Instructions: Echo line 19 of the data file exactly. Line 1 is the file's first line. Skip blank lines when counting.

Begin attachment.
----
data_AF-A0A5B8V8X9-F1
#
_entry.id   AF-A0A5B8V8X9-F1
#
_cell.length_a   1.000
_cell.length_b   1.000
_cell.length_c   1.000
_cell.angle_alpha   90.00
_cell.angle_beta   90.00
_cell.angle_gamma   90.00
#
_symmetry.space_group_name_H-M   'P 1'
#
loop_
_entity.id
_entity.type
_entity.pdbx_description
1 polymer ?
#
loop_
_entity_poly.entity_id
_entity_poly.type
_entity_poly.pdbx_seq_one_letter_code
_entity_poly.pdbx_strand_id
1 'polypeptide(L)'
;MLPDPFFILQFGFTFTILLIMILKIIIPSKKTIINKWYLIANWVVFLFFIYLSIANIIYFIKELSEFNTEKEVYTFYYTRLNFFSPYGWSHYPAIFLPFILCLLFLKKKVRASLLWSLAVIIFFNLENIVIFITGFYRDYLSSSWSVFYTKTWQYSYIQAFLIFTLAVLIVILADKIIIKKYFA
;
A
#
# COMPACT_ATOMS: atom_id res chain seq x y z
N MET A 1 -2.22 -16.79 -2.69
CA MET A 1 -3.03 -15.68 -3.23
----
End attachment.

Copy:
#